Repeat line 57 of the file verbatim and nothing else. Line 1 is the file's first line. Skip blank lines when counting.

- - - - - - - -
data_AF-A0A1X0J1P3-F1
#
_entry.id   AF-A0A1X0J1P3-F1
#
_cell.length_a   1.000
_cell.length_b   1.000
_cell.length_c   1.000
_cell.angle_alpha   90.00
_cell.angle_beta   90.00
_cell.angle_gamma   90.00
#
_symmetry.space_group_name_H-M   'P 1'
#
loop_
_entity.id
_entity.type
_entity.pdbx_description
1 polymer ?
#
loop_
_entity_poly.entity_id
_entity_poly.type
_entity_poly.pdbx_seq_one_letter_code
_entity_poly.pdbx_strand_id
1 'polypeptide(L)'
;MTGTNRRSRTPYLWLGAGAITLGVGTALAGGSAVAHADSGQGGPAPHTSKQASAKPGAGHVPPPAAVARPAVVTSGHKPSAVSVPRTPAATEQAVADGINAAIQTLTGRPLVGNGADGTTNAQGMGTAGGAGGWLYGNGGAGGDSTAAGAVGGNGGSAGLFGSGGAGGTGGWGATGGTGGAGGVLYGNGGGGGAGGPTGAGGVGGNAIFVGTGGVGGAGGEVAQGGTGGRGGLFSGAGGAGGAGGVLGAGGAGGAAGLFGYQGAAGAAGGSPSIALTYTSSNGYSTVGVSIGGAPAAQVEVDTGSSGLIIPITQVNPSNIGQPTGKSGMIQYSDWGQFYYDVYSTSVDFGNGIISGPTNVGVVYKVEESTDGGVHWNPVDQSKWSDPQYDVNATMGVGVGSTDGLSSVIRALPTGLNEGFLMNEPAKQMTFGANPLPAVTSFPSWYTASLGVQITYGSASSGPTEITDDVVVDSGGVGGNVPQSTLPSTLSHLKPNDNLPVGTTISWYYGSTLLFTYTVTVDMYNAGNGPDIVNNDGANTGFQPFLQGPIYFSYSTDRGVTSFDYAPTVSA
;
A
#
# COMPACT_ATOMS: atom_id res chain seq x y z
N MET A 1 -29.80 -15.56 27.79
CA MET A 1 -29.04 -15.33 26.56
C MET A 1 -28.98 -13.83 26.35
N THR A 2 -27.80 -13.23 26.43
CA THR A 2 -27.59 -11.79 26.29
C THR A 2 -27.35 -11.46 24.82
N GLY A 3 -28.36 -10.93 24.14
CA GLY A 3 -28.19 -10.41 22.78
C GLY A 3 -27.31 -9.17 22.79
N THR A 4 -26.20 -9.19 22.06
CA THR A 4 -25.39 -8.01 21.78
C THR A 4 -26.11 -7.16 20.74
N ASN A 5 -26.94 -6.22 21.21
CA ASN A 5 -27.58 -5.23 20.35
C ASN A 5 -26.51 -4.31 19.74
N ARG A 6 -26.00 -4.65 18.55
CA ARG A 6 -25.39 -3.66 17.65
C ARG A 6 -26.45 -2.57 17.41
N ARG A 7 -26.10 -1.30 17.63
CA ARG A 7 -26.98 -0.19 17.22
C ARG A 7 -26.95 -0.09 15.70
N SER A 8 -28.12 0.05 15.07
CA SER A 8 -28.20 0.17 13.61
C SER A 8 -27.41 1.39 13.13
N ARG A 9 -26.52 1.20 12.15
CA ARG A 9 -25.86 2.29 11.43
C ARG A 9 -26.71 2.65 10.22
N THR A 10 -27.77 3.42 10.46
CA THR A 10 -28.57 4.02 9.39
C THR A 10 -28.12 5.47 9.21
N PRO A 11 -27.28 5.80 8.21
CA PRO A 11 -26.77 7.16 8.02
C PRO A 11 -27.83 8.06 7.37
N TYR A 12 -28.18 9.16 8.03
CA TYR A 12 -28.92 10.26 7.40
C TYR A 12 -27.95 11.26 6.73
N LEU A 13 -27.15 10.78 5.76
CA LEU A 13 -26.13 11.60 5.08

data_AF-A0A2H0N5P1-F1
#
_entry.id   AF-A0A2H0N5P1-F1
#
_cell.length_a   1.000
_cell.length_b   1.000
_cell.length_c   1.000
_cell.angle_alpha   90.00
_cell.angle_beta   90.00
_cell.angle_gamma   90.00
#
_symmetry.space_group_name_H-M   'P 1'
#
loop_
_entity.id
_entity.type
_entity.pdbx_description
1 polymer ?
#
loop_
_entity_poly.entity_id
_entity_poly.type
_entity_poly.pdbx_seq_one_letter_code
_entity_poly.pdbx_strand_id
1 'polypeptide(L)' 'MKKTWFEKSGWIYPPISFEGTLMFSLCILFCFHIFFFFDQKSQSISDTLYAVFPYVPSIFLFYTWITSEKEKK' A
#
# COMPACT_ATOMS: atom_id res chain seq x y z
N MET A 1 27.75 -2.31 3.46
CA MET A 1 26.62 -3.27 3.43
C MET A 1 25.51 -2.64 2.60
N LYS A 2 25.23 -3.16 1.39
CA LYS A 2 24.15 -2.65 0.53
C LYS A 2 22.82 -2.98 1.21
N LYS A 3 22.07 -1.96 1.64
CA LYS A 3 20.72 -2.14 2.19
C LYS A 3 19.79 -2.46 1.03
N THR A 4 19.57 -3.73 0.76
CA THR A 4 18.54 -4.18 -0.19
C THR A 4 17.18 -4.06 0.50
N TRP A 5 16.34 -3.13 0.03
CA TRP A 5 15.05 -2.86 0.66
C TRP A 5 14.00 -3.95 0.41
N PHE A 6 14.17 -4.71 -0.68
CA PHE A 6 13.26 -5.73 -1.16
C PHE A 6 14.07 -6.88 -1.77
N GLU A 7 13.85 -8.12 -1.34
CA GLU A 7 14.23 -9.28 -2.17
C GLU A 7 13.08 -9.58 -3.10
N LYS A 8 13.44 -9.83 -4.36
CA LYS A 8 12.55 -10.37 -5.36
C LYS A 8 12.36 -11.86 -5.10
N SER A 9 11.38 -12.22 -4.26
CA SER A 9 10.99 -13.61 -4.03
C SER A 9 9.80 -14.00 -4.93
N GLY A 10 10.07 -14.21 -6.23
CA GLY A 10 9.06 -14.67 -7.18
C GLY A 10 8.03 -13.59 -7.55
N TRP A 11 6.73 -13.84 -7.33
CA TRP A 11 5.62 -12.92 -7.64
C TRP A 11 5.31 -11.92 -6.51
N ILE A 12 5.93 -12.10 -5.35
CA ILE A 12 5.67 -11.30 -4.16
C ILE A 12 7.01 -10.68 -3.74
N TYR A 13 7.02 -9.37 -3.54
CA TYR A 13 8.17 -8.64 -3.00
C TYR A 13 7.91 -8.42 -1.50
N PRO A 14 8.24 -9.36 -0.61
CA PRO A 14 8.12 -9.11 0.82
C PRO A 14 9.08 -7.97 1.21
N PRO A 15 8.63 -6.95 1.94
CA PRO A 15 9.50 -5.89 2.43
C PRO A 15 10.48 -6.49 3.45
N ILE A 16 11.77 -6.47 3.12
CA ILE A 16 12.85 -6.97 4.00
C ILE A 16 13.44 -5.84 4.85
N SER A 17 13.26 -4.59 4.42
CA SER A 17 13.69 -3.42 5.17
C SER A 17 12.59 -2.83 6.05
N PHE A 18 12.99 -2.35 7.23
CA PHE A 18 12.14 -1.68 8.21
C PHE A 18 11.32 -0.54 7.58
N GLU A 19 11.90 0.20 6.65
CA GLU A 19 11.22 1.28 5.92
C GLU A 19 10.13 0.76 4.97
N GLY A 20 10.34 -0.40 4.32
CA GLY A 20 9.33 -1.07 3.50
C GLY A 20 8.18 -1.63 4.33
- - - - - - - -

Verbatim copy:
C ARG A 9 -26.71 2.65 10.22